Personal Shopper tackles Grief and Ghosts

Personal Shopper is difficult to pin down to a specific genre. It is ostensibly a horror movie focusing on a medium haunted by ghosts, but the ghosts and the horror take a sideline to the medium’s personal life and internal conflict. Kristen Stewart takes on the role of Maureen, an American medium in Paris who is waiting for her dead twin brother, Lewis, also a medium, to contact her from the other side. Unfortunately waiting for the dead to contact you doesn’t pay the bills, so Maureen works as a personal shopper for a swanky model named Kyra (Nora von Waldstätten).

I’m not a huge horror fan, but I was pretty ready to love Personal Shopper as I heard it subverted the genre. While I didn’t love it as much as I’d hoped it did deliver on its promise to take the ghost story in a new direction. The first sequence of the movie sees Maureen spending a shadow drenched night in her dead brother’s house, waiting to hear something from him, but from there the movie treats her talent as a medium as simply a component of her life, not her whole raison d’être. Truth be told, she doesn’t yet have a raison d’être. Maureen is consumed with a search in more ways than one, and while she is looking for her brother she is truly looking for a direction in life. She followed her twin from day one until the day of his death, and now she’s stuck in Paris with a job she hates waiting for a sign that may never come. She’s in mourning, and she is having trouble crawling out of it because she doesn’t have any specific future to grasp for. In an early scene Maureen meets Ingo (Lars Eidinger), Kyra’s lover, and opens up to him rather accidentally, telling him about her brother’s vow to send her a signal. “If you get the signal, what then?” he asks, and she doesn’t have an answer. Kristen Stewart turns in a strong performance – Maureen is intelligent enough to vaguely recognize what her situation is and what she needs to do to overcome it while being shattered enough that she can’t will herself to take the necessary steps, and Stewart conveys that conflict and the exhaustion it breeds well.

Unfortunately the movie fails not in the macro scale, but in the micro. While the overarching story is strong, individual moments fall flat. Pacing is all over the place: we spend a long section at the beginning of the middle act watching Maureen take a train and text back and forth with a stranger. Again, it’s a moment that is conceptually interesting but in execution it becomes a bore. The movie is riddled with troubles like this. The clunky pacing results in few dialogue scenes – normally ideal, but in this case they come across as too on-the-nose, trying to convey a lot of plot information and internal characterization while squeezed between long quiet sections (that, consequentially, have already conveyed most of what the dialogue hurriedly tries to get across). As a personal minor nit-pick, a huge number of scenes fade to black, sometimes without resolving, which is infuriating. As my professor Andy Watts would tell production students: “I don’t want to see a fade to black ever in your movie because it’ll make it seem like you didn’t know how to end the scene.” Personal Shopper is the perfect example to prove the rule.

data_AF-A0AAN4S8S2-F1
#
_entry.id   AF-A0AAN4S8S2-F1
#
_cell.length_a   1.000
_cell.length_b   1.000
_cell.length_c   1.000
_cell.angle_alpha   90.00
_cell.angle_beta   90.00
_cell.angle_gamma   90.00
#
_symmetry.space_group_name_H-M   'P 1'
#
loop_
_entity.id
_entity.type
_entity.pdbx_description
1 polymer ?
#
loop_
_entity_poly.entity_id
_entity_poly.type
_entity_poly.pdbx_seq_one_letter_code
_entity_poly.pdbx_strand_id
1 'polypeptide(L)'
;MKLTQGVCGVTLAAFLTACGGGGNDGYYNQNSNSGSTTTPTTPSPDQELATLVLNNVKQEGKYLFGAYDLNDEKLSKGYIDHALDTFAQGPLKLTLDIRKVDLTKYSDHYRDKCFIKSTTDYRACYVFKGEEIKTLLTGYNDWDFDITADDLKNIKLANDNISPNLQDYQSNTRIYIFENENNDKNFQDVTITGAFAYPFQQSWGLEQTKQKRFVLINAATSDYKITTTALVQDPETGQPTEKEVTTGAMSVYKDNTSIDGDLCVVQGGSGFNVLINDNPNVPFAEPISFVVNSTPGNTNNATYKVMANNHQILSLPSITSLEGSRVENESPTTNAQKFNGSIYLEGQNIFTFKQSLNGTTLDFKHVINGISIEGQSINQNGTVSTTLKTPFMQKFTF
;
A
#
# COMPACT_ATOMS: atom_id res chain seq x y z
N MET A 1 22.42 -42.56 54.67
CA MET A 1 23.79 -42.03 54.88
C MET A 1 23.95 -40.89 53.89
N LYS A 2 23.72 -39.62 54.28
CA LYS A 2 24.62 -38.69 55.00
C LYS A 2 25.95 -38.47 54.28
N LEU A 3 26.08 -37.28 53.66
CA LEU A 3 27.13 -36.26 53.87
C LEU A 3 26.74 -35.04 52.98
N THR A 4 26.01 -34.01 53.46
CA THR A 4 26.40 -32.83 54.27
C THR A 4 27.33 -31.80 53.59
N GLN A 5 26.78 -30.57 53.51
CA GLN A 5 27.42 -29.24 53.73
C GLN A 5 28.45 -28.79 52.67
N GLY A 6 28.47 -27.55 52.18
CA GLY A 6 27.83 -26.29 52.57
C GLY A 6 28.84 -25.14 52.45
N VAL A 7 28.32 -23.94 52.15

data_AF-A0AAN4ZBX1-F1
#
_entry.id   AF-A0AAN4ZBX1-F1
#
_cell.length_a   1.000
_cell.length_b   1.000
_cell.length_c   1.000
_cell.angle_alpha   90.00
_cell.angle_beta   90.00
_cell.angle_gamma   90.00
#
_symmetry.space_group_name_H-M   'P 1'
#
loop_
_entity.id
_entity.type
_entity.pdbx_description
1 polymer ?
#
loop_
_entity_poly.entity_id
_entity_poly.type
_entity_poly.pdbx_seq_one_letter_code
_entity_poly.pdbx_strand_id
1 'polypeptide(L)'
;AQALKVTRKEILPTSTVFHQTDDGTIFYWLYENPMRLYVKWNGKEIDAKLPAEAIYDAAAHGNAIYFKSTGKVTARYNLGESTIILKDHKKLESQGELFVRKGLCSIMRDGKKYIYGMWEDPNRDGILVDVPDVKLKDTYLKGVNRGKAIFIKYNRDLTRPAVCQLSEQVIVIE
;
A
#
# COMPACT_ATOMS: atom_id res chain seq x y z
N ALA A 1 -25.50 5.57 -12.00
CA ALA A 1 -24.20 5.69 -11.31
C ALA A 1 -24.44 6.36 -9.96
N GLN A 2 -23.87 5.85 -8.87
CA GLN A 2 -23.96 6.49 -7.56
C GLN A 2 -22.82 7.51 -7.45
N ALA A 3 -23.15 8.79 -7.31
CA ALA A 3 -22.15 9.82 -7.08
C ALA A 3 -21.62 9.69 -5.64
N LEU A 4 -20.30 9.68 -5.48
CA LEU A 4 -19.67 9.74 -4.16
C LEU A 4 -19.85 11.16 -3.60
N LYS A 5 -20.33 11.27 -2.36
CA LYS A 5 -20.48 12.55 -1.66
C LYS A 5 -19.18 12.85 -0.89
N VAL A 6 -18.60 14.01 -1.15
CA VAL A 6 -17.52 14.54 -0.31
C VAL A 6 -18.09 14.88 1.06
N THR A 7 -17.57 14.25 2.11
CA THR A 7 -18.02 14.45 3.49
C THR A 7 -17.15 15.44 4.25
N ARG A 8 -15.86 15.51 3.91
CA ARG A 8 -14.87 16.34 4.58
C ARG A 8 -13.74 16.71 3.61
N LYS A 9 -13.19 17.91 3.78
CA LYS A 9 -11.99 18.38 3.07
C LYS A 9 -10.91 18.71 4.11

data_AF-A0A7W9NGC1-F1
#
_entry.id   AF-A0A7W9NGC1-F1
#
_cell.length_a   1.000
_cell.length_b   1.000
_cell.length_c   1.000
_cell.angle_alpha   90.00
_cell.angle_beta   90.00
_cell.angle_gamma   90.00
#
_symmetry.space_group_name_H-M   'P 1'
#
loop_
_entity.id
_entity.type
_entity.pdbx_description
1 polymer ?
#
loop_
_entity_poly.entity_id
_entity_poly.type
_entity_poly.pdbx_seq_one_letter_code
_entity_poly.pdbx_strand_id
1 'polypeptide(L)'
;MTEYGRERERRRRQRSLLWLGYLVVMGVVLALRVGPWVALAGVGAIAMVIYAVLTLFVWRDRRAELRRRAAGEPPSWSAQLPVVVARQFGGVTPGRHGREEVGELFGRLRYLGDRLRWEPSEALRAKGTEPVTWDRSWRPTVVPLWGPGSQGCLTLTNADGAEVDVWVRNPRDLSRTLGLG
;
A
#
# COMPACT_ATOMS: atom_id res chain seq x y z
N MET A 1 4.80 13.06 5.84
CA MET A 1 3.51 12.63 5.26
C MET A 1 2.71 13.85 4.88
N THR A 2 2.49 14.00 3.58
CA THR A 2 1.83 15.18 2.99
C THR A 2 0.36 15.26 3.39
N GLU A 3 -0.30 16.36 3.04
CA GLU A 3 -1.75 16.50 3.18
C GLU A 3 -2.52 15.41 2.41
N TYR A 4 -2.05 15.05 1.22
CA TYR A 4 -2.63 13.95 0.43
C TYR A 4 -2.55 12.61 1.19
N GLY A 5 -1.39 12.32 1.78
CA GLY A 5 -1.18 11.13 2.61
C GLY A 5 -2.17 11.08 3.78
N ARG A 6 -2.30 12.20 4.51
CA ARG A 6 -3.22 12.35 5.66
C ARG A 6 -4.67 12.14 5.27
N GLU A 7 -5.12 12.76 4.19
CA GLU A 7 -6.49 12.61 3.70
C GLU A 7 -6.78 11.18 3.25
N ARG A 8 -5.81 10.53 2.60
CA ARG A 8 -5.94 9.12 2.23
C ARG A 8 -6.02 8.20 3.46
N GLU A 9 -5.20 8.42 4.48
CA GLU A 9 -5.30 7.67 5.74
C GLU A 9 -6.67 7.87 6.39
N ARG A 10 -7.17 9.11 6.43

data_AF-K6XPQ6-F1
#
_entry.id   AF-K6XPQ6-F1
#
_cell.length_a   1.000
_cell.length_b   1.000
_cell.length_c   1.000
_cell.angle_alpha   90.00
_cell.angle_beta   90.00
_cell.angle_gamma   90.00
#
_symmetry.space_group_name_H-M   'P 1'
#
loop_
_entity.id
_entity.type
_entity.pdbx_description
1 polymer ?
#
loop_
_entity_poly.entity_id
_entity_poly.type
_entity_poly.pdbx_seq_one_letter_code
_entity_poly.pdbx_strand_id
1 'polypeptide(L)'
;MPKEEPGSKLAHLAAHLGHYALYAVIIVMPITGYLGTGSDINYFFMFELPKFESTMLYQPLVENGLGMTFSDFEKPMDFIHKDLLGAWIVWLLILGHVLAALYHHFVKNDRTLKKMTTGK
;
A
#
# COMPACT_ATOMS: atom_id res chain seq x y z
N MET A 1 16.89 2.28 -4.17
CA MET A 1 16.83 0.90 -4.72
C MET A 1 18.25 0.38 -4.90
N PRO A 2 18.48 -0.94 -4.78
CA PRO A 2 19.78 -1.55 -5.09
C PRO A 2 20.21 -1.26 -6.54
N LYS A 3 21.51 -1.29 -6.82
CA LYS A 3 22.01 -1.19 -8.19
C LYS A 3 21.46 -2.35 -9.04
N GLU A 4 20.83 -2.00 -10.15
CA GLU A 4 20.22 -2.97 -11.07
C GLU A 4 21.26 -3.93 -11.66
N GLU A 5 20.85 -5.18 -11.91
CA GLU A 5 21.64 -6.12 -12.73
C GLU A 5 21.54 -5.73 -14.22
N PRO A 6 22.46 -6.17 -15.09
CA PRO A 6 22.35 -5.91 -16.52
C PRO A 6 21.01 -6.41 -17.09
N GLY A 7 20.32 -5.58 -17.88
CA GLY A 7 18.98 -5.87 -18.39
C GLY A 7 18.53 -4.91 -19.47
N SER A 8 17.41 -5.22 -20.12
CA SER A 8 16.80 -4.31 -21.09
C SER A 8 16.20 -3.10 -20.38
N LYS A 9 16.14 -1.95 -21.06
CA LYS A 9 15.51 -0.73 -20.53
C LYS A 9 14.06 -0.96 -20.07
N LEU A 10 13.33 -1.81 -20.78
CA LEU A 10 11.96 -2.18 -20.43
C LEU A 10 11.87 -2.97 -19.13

The movie’s final failing is the isolation of its storylines. Maureen’s splits her time between ghostly visits, a thriller based plot centering on her, her boss, and her mysterious texter, and a quiet story of her dealing with her brother’s girlfriend. The stories barely effect each other and never culminate into anything together. Essentially they all just happen to happen to Maureen. I don’t know if it’s a deal breaker. In some ways I like it. Stewart plays it well enough that the scenes almost seem to bleed into each other, on some level below the surface in Maureen’s internal dialogue, but on a script level it simply doesn’t come across. It’s a bold move, one I respect and think could work… it just doesn’t quite work in this movie. But the plot is complicated and strange, and it’s more than possible that after sleeping on it a night or two the connections will become more apparent to me. This is a movie made with genuine thought, and sometimes those take longer to unpack.

Personal Shopper takes an interesting approach to both its subject matter and to the genres it tightrope walks between, and the movie deserves recognition for that. Better to have tried and come close than not to have tried at all.

Personal Shopper had six point five out of ten spooky creepy puking ghosts (one of the ghosts pukes ectoplasm at some point).


  • In the most relatable scene of the movie, Kristen Stewart turns airplane mode on after sending a text she is nervous about getting an answer to.

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